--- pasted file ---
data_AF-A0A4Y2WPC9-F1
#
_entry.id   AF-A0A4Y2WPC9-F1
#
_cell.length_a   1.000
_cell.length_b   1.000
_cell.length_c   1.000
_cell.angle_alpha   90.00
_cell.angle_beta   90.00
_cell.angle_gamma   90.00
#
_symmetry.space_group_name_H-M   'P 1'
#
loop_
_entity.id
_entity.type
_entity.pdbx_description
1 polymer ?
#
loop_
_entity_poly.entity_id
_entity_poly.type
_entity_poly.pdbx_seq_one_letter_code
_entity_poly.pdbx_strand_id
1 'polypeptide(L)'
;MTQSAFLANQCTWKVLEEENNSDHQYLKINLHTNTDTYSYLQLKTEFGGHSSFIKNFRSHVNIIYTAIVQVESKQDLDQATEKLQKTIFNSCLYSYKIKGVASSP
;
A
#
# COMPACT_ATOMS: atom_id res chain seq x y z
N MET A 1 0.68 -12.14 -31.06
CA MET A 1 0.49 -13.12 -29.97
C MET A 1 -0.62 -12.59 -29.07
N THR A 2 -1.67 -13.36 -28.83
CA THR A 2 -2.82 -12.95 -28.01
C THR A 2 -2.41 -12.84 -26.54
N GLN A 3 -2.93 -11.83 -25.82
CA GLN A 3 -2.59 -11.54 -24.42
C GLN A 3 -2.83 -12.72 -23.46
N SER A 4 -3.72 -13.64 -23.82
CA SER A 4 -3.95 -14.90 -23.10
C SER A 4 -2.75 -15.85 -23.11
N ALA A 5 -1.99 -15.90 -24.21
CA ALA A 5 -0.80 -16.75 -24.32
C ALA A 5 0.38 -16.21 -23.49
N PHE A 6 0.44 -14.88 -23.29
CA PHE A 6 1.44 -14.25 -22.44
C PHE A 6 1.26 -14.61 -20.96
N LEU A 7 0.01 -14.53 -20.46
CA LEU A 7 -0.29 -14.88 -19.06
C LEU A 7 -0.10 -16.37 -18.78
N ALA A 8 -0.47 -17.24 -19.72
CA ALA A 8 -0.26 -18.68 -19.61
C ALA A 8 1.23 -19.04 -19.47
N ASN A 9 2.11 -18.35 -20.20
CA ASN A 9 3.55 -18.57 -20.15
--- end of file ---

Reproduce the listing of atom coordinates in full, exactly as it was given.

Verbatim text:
data_AF-A0A4Y2WPC9-F1
#
_entry.id   AF-A0A4Y2WPC9-F1
#
_cell.length_a   1.000
_cell.length_b   1.000
_cell.length_c   1.000
_cell.angle_alpha   90.00
_cell.angle_beta   90.00
_cell.angle_gamma   90.00
#
_symmetry.space_group_name_H-M   'P 1'
#
loop_
_entity.id
_entity.type
_entity.pdbx_description
1 polymer ?
#
loop_
_entity_poly.entity_id
_entity_poly.type
_entity_poly.pdbx_seq_one_letter_code
_entity_poly.pdbx_strand_id
1 'polypeptide(L)'
;MTQSAFLANQCTWKVLEEENNSDHQYLKINLHTNTDTYSYLQLKTEFGGHSSFIKNFRSHVNIIYTAIVQVESKQDLDQATEKLQKTIFNSCLYSYKIKGVASSP
;
A
#
# COMPACT_ATOMS: atom_id res chain seq x y z
N MET A 1 0.68 -12.14 -31.06
CA MET A 1 0.49 -13.12 -29.97
C MET A 1 -0.62 -12.59 -29.07
N THR A 2 -1.67 -13.36 -28.83
CA THR A 2 -2.82 -12.95 -28.01
C THR A 2 -2.41 -12.84 -26.54
N GLN A 3 -2.93 -11.83 -25.82
CA GLN A 3 -2.59 -11.54 -24.42
C GLN A 3 -2.83 -12.72 -23.46
N SER A 4 -3.72 -13.64 -23.82
CA SER A 4 -3.95 -14.90 -23.10
C SER A 4 -2.75 -15.85 -23.11
N ALA A 5 -1.99 -15.90 -24.21
CA ALA A 5 -0.80 -16.75 -24.32
C ALA A 5 0.38 -16.21 -23.49
N PHE A 6 0.44 -14.88 -23.29
CA PHE A 6 1.44 -14.25 -22.44
C PHE A 6 1.26 -14.61 -20.96
N LEU A 7 0.01 -14.53 -20.46
CA LEU A 7 -0.29 -14.88 -19.06
C LEU A 7 -0.10 -16.37 -18.78
N ALA A 8 -0.47 -17.24 -19.72
CA ALA A 8 -0.26 -18.68 -19.61
C ALA A 8 1.23 -19.04 -19.47
N ASN A 9 2.11 -18.35 -20.20
CA ASN A 9 3.55 -18.57 -20.15